Human Neck movements data acquired using Meatwear - CPRO device - Accelerometer-based Kinematic data. Data fed to OpenSim simulation software extracted Kinematics and Kinetics (Muscles, joints - Forces, Acceleration, Position)


The EEG pain dataset was collected from 12 subjects using Cold pressor test (CPT), and EEG signals were recorded using the Emotiv EPOC Flex Cap (32 channels) with 32 electrodes placed over the scalp at predetermined locations based on the International Electroencephalographic Society (10-20-20), with a frequency of 128 Hz.





In order to load the data, we provide below an example routine working within PyTorch frameworks. We provide two different resolutions, 800 and 7000 um/px.

Within each resolution, we provide .csv files, containing all metadata information for all the included files, comprising:

  • image_id;
  • label (6 classes - HP, NORM, TA.HG, TA.LG, TVA.HG, TVA.LG);
  • type (4 classes - HP, NORM, HG, LG);
  • reference WSI;
  • reference region of interest in WSI (roi);
  • resolution (micron per pixels, mpp);
  • coordinates for the patch (x, y, w, h).

Below you can find the dataloader class of UNITOPatho for PyTorch. More examples can be found here.

import torch

import torchvision

import numpy as np

import cv2

import os


class UNITOPatho(

def __init__(self, df, T, path, target, subsample=-1, gray=False, mock=False):

self.path = path

self.df = df

self.T = T = target

self.subsample = subsample

self.mock = mock

self.gray = gray

allowed_target = ['type', 'grade', 'top_label']

if target not in allowed_target:

print(f'Target must be in {allowed_target}, got {target}')


print(f'Loaded {len(self.df)} images')

def __len__(self):

return len(self.df)

def __getitem__(self, index):

entry = self.df.iloc[index]

image_id = entry.image_id

image_id = os.path.join(self.path, entry.top_label_name, image_id)

img = None

if self.mock:

C = 1 if self.gray else 3

img = np.random.randint(0, 255, (224, 224, C)).astype(np.uint8)


img = cv2.imread(image_id)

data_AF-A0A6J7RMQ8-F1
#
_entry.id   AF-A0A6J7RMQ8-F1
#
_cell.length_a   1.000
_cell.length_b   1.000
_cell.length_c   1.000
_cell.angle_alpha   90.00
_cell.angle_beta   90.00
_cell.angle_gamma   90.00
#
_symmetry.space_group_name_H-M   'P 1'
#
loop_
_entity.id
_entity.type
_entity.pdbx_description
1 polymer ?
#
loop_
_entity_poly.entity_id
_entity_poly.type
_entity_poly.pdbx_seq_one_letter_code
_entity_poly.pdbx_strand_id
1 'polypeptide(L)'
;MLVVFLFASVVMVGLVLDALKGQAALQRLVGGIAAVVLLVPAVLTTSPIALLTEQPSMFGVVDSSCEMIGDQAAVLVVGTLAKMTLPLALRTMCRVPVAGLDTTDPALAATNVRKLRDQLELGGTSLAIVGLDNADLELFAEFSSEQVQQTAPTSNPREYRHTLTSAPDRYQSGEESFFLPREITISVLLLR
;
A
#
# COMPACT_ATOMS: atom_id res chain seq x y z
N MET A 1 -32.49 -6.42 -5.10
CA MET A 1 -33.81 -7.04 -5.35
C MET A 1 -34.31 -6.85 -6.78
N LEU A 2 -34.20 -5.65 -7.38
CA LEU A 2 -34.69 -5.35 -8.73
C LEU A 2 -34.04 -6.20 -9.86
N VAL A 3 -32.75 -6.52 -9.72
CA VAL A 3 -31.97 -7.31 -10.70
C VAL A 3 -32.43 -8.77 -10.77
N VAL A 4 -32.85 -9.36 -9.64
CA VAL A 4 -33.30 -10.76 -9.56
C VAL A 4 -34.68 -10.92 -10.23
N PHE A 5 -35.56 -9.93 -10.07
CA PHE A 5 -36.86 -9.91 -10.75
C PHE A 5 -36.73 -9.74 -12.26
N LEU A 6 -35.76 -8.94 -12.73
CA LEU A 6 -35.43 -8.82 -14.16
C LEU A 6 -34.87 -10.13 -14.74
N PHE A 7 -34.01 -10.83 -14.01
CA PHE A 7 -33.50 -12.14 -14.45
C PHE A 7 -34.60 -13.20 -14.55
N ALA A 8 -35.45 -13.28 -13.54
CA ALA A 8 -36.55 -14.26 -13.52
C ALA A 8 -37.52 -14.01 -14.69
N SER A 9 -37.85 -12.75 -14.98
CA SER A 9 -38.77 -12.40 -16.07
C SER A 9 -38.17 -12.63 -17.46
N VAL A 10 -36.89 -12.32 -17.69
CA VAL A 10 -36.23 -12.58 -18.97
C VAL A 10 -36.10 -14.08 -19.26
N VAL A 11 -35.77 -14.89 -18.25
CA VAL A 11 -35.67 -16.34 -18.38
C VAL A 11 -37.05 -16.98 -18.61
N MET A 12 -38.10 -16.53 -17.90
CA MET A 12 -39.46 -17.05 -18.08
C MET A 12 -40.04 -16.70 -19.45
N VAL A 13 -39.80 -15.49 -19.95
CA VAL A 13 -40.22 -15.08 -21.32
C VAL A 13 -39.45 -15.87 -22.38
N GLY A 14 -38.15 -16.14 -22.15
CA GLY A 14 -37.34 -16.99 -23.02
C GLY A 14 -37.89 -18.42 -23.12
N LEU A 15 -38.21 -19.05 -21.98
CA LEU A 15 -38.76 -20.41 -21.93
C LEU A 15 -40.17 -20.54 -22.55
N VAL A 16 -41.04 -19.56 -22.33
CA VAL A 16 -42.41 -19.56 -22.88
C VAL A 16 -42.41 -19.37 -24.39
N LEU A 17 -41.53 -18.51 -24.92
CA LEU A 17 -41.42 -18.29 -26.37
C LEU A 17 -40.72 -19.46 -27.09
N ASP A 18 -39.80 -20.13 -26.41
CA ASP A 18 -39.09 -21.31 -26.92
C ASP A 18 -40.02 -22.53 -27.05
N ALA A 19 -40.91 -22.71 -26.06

if self.subsample != -1:

w = img.shape[0]

while w//2 > self.subsample:

img = cv2.resize(img, (w//2, w//2))

w = w//2

img = cv2.resize(img, (self.subsample, self.subsample))

if self.gray:

img = cv2.cvtColor(img, cv2.COLOR_BGR2GRAY)

img = np.expand_dims(img, axis=2)


img = cv2.cvtColor(img, cv2.COLOR_BGR2RGB)

if self.T is not None:

img = self.T(img)

return img, entry[]


The dataset is part of the MIMIC database and specifically utilise the data corresponding to two patients with ids 221 and 230.


The purpose of this data collection was for the validation of a cuffless blood pressure estimation model during activities of daily living. Data were collected on five young healthy individuals (four males, age 28 ± 6.6 yrs) of varied fitness levels, ranging from sedentary to regularly active, and free of cardiovascular and peripheral vascular disease. Arterial blood pressure was continuously measured using finger PPG (Portapres; Finapres Medical Systems, the Netherlands).


The PD-BioStampRC21 dataset provides data from a wearable sensor accelerometry studyconducted for studying activity, gait, tremor, and other motor symptoms in individuals with Parkinson's disease (PD).In addition to individuals with PD, the dataset also includes data for controls that also went through the same study protocol as the PD participants. Data were acquired using lightweight MC 10 BioStamp RC sensors (MC 10 Inc, Lexington, MA), five of which were attached to each participant for gathering data over a roughly two day interval.


Users of the dataset should cite the following paper:

Jamie L. Adams, Karthik Dinesh, Christopher W. Snyder, Mulin Xiong, Christopher G. Tarolli, Saloni Sharma, E. Ray Dorsey, Gaurav Sharma, "A real-world study of wearable sensors in Parkinson’s disease". Submitted.

where an overview of the study protocol is also provided. Additional detail specific to the dataset and file naming conventions is provided here.

The dataset is comprised of two main components: (I) Sensor and UPDRS-assessment-task annotation data for each participant and (II) demographic and clinical assessment data for all participants. Each of these is described in turn below:

I) Sensor and UPDRS-assessment-task annotation data: